An Introduction to Systems Thinking for Tackling Wicked Problems – LnuPlay – Linnaeus University MediaSpace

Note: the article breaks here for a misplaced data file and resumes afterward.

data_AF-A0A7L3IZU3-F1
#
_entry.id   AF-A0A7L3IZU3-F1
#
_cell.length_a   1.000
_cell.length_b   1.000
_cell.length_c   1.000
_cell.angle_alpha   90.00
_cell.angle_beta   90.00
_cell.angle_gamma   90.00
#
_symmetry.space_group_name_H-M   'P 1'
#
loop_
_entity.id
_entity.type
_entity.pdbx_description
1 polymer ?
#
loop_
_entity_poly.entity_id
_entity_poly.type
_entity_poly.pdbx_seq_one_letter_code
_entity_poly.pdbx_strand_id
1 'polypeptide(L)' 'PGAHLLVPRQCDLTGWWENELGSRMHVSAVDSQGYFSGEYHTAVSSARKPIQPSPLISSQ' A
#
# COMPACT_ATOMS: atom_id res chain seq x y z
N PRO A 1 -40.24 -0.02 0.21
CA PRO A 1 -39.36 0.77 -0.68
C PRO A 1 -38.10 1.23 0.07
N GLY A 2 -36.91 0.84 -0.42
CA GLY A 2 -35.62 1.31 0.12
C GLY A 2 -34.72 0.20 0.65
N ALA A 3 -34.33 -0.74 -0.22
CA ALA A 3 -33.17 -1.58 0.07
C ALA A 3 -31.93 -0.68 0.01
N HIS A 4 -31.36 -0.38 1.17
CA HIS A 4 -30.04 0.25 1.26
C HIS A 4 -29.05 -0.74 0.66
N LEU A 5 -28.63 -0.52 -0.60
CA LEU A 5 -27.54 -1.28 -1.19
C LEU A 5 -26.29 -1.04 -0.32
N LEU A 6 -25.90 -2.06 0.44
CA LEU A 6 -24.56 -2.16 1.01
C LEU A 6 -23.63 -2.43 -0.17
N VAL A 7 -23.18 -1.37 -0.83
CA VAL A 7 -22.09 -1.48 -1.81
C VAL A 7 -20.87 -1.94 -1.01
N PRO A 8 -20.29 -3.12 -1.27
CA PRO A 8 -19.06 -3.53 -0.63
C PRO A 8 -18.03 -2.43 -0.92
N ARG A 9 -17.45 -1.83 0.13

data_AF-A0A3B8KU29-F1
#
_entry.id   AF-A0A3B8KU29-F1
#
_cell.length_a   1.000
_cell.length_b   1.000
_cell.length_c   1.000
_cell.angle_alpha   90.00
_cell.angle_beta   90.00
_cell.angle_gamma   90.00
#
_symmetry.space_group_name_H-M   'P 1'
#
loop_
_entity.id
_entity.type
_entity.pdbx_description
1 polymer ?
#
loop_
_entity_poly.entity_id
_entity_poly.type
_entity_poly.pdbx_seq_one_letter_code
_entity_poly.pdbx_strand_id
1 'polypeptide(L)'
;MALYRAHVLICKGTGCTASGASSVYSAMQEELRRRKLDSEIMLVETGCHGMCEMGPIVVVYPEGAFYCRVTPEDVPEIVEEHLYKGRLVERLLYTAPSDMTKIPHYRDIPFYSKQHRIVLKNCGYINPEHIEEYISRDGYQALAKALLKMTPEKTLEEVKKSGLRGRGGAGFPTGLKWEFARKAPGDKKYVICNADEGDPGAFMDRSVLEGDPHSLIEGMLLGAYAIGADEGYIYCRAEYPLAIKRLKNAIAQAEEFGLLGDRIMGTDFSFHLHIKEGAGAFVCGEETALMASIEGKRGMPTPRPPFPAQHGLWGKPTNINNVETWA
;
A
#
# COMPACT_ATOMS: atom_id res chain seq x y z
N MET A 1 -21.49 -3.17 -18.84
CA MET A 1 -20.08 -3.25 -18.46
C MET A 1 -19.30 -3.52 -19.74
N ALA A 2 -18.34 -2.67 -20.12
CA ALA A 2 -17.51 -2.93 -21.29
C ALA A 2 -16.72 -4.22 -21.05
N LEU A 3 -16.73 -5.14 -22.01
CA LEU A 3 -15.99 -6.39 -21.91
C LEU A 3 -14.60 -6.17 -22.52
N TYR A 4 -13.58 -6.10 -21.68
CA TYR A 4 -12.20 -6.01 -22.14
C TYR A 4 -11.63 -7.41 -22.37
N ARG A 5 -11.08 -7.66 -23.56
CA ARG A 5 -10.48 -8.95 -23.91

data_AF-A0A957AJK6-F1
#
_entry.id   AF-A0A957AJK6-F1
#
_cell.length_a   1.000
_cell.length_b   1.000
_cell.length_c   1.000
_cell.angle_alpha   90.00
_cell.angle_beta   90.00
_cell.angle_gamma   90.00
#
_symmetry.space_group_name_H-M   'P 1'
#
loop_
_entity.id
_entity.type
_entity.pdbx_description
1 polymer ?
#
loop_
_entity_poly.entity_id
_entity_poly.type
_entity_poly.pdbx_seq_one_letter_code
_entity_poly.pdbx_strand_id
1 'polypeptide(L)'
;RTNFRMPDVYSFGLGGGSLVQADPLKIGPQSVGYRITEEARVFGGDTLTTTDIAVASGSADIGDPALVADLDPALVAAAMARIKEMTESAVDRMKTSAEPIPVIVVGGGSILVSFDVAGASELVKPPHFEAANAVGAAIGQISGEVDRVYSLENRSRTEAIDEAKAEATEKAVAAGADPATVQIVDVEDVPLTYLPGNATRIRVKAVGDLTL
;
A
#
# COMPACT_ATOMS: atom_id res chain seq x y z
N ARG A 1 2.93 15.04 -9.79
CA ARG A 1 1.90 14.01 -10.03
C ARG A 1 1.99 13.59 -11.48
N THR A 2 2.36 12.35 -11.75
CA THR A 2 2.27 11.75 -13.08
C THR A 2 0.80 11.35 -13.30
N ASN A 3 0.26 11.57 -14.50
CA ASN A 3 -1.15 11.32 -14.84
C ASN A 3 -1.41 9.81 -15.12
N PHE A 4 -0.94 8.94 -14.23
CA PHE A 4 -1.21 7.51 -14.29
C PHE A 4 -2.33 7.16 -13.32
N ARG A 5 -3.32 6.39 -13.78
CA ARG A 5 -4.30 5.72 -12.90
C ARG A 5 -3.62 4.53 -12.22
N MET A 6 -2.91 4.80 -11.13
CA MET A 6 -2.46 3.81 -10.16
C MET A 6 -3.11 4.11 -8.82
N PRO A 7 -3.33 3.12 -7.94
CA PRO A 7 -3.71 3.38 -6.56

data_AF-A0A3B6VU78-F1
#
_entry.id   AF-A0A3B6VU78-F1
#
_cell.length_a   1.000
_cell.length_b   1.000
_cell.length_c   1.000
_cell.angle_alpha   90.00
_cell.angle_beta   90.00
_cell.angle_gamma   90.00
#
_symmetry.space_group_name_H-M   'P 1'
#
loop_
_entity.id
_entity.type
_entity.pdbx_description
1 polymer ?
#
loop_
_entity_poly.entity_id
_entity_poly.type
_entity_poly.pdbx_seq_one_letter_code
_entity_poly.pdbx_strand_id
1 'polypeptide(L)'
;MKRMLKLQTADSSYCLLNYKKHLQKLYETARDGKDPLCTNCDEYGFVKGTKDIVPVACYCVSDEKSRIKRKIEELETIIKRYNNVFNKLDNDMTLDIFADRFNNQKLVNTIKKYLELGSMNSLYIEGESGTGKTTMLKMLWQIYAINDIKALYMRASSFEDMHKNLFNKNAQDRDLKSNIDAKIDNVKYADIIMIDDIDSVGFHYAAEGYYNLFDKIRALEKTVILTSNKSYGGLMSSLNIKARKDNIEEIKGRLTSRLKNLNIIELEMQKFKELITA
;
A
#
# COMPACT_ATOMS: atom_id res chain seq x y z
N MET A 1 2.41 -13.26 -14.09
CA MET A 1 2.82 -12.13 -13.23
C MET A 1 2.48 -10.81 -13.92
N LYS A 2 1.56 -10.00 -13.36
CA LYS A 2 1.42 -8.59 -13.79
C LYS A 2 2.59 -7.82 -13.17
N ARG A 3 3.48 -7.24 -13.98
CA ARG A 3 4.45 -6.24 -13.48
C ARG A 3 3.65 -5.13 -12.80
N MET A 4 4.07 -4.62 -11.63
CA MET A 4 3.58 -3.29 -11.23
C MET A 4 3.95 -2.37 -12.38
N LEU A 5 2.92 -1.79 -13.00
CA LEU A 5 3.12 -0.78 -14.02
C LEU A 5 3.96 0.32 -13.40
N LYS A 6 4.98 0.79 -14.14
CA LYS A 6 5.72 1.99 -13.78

On 4 March 2021, I gave a seminar entitled ‘An Introduction to Systems Thinking for Tackling Wicked Problems’. This was in a series of seminars co-organized by the Linnaeus University Systems Community (Sweden) and the Centre for Systems Studies at the University of Hull (UK). 261 people participated. The feedback I received was overwhelmingly positive, and lots of people wrote asking if a recording would be made available. I have now been sent the recording, and the URL is pasted below. I have to say that nerves got to me in the first couple of minutes, as I wasn’t expecting several hundred participants, but then it gets more fluent after the ‘contents’ slide.Note that the URL below takes you to the Linnaeus University web site, and there is some text about the talk below the video screen. This is not visible at first sight – you have to scroll down. Please do so, as I have suggested a couple of books for you to read if you want to find out more. Here is the abstract for the talk:We are increasingly facing ‘wicked problems’. They are stubborn, challenging and often have to be managed rather than solved. They frequently involve interlinked issues, multiple agencies with different perspectives on both the problem and potential solutions, conflict over desired outcomes or the means to achieve them, power relations making change difficult, and uncertainty about the possible effects of proposed changes. While traditional scientific, policy and management approaches can make a useful contribution, we need something more than these if we want to gain a bigger picture understanding of how to act in the face of wicked problems. Systems thinking can help. In this talk, Gerald Midgley will introduce a framework of systems thinking skills, plus a variety of systems ideas and methods that can help people put these skills into practice. He will illustrate the use of the methods with a number of examples from his own social policy, natural resource management and community development projects in the UK and New Zealand. In this way, he will show how we can begin to get a better handle on wicked problems.